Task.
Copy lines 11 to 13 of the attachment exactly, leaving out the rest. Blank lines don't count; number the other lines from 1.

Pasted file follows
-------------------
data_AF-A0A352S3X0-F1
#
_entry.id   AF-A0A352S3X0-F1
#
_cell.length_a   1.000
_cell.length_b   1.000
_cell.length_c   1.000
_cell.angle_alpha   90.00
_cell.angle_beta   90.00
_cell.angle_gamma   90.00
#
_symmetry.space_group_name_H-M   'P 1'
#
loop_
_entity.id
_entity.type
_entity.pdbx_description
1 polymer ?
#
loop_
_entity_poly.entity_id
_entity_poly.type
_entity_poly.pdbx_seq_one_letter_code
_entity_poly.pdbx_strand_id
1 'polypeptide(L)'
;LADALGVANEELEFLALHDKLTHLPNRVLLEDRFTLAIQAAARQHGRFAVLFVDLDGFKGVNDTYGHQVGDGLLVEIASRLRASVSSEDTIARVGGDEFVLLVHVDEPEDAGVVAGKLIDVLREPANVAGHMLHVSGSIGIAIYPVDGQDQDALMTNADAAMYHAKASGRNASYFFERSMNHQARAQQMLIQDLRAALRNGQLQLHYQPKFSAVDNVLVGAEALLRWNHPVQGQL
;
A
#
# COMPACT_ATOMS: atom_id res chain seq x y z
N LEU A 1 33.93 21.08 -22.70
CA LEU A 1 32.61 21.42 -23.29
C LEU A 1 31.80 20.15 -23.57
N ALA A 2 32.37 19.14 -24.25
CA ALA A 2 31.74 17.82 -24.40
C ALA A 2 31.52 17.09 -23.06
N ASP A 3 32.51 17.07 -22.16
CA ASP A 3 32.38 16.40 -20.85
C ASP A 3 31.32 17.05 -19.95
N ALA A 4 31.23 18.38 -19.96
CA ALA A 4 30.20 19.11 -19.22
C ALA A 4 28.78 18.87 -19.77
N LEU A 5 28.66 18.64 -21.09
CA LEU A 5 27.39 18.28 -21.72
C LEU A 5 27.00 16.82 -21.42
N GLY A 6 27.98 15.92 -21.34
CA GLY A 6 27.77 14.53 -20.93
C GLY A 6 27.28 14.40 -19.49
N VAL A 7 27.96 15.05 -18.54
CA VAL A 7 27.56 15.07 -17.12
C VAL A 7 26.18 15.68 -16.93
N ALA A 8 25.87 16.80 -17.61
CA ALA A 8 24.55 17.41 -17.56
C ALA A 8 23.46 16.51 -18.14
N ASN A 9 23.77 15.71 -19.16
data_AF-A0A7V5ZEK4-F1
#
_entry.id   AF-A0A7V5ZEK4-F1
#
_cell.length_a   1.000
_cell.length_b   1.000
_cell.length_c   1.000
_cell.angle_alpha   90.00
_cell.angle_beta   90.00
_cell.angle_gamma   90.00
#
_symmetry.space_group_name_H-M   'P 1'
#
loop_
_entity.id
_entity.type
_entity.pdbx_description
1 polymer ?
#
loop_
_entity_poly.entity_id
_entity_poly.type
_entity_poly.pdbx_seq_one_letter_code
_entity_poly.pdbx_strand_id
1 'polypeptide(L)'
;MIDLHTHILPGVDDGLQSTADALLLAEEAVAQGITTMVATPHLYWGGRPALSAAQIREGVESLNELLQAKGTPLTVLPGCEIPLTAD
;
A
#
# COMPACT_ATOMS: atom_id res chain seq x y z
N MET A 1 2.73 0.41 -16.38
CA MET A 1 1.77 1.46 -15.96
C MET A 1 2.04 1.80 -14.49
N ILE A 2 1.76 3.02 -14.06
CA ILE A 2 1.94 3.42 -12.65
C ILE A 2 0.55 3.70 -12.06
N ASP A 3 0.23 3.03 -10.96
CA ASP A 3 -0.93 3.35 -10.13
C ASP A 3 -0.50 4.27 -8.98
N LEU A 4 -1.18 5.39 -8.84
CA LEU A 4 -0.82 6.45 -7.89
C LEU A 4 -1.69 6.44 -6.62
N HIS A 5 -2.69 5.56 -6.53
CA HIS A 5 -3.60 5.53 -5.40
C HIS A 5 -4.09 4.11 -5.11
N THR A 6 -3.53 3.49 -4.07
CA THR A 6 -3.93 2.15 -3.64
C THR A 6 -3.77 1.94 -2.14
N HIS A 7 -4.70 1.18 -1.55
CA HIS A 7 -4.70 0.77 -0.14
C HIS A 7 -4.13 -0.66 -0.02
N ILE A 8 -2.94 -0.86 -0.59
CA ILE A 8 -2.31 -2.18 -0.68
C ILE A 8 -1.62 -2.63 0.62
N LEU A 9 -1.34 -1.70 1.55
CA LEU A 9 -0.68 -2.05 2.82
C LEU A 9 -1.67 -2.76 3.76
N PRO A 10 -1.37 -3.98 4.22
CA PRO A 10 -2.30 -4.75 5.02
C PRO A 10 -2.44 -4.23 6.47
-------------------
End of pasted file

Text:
#
_symmetry.space_group_name_H-M   'P 1'
#